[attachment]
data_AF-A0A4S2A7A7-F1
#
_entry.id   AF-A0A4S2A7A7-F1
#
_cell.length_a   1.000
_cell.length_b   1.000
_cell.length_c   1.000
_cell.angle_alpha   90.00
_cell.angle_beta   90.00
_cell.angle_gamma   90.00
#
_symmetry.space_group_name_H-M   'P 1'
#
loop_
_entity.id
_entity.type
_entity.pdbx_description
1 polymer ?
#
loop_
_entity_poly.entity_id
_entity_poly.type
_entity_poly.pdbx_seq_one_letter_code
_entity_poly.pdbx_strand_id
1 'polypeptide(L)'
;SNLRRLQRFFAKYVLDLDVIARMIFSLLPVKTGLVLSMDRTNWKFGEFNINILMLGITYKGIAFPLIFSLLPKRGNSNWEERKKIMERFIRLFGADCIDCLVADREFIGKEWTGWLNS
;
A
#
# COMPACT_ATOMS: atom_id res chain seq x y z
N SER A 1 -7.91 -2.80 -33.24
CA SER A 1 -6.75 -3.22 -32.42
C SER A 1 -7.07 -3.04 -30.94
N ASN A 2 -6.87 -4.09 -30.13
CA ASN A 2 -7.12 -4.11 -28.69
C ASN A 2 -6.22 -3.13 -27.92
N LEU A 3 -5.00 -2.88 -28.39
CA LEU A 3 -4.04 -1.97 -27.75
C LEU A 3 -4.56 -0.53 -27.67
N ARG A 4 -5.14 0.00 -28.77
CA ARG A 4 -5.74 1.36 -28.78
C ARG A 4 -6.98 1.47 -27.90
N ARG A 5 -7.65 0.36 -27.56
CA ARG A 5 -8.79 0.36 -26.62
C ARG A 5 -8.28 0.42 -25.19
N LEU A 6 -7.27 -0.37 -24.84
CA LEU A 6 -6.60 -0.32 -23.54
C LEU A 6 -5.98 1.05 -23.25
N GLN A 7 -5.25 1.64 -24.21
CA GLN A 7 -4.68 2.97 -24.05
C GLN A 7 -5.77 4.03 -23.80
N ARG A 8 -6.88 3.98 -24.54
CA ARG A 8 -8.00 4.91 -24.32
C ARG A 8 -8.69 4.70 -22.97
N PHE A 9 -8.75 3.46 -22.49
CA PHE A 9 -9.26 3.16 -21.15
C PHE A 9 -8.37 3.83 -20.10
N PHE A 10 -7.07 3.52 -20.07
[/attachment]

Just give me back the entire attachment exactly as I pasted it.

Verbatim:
data_AF-A0A4S2A7A7-F1
#
_entry.id   AF-A0A4S2A7A7-F1
#
_cell.length_a   1.000
_cell.length_b   1.000
_cell.length_c   1.000
_cell.angle_alpha   90.00
_cell.angle_beta   90.00
_cell.angle_gamma   90.00
#
_symmetry.space_group_name_H-M   'P 1'
#
loop_
_entity.id
_entity.type
_entity.pdbx_description
1 polymer ?
#
loop_
_entity_poly.entity_id
_entity_poly.type
_entity_poly.pdbx_seq_one_letter_code
_entity_poly.pdbx_strand_id
1 'polypeptide(L)'
;SNLRRLQRFFAKYVLDLDVIARMIFSLLPVKTGLVLSMDRTNWKFGEFNINILMLGITYKGIAFPLIFSLLPKRGNSNWEERKKIMERFIRLFGADCIDCLVADREFIGKEWTGWLNS
;
A
#
# COMPACT_ATOMS: atom_id res chain seq x y z
N SER A 1 -7.91 -2.80 -33.24
CA SER A 1 -6.75 -3.22 -32.42
C SER A 1 -7.07 -3.04 -30.94
N ASN A 2 -6.87 -4.09 -30.13
CA ASN A 2 -7.12 -4.11 -28.69
C ASN A 2 -6.22 -3.13 -27.92
N LEU A 3 -5.00 -2.88 -28.39
CA LEU A 3 -4.04 -1.97 -27.75
C LEU A 3 -4.56 -0.53 -27.67
N ARG A 4 -5.14 0.00 -28.77
CA ARG A 4 -5.74 1.36 -28.78
C ARG A 4 -6.98 1.47 -27.90
N ARG A 5 -7.65 0.36 -27.56
CA ARG A 5 -8.79 0.36 -26.62
C ARG A 5 -8.28 0.42 -25.19
N LEU A 6 -7.27 -0.37 -24.84
CA LEU A 6 -6.60 -0.32 -23.54
C LEU A 6 -5.98 1.05 -23.25
N GLN A 7 -5.25 1.64 -24.21
CA GLN A 7 -4.68 2.97 -24.05
C GLN A 7 -5.77 4.03 -23.80
N ARG A 8 -6.88 3.98 -24.54
CA ARG A 8 -8.00 4.91 -24.32
C ARG A 8 -8.69 4.70 -22.97
N PHE A 9 -8.75 3.46 -22.49
CA PHE A 9 -9.26 3.16 -21.15
C PHE A 9 -8.37 3.83 -20.10
N PHE A 10 -7.07 3.52 -20.07